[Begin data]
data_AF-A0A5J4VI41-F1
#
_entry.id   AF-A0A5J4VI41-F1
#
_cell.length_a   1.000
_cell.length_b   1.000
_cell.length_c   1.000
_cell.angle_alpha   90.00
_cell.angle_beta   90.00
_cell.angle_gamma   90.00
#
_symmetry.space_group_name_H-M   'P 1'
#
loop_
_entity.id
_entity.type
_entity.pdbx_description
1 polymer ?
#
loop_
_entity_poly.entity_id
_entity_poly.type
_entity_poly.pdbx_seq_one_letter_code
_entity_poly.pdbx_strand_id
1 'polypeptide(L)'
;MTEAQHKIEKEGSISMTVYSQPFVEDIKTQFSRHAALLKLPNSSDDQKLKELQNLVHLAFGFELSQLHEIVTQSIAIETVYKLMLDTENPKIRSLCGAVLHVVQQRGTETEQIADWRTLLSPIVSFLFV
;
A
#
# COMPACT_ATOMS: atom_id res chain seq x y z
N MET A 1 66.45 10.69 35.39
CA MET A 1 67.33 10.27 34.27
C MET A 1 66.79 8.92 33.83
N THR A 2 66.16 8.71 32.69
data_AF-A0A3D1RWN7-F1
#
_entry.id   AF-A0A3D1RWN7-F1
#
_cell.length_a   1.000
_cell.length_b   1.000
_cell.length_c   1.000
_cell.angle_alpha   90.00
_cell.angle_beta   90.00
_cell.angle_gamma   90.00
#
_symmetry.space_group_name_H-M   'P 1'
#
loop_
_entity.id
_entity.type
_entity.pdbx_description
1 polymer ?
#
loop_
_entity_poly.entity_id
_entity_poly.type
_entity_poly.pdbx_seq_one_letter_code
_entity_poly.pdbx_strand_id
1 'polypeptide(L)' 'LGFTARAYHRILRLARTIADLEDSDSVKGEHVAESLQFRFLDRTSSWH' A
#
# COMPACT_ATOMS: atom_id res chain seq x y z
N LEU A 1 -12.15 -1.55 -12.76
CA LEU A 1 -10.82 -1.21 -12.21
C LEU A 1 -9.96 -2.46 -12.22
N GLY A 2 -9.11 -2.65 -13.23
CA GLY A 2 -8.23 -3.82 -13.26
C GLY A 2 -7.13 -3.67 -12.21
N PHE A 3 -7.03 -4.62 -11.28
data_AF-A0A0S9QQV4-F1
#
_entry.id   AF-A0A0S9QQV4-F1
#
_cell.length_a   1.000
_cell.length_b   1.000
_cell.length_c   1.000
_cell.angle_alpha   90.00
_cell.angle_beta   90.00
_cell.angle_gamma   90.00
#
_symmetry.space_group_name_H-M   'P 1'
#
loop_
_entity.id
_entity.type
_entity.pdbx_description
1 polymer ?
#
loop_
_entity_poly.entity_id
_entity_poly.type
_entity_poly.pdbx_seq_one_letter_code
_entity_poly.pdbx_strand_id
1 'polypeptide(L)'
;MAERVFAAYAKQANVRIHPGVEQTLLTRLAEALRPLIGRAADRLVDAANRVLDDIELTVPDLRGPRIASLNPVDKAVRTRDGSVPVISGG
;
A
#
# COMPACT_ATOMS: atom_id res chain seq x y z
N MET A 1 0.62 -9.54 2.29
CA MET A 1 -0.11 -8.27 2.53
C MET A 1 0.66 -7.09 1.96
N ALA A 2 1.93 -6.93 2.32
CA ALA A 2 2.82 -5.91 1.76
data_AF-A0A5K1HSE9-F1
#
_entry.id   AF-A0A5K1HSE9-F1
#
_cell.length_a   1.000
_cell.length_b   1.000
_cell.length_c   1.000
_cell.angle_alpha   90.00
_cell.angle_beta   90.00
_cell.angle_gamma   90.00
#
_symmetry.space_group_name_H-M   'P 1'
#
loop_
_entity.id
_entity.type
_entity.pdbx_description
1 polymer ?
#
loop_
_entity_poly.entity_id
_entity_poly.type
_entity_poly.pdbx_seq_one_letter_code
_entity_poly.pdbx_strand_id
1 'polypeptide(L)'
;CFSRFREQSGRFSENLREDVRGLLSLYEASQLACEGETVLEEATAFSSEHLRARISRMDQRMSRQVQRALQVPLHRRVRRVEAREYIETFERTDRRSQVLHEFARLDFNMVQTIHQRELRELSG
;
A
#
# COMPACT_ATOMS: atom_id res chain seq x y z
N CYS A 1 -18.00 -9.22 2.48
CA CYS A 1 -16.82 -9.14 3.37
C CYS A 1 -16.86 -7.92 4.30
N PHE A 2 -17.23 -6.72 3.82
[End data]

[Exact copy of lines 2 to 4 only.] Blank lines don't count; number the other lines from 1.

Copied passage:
#
_entry.id   AF-A0A5J4VI41-F1
#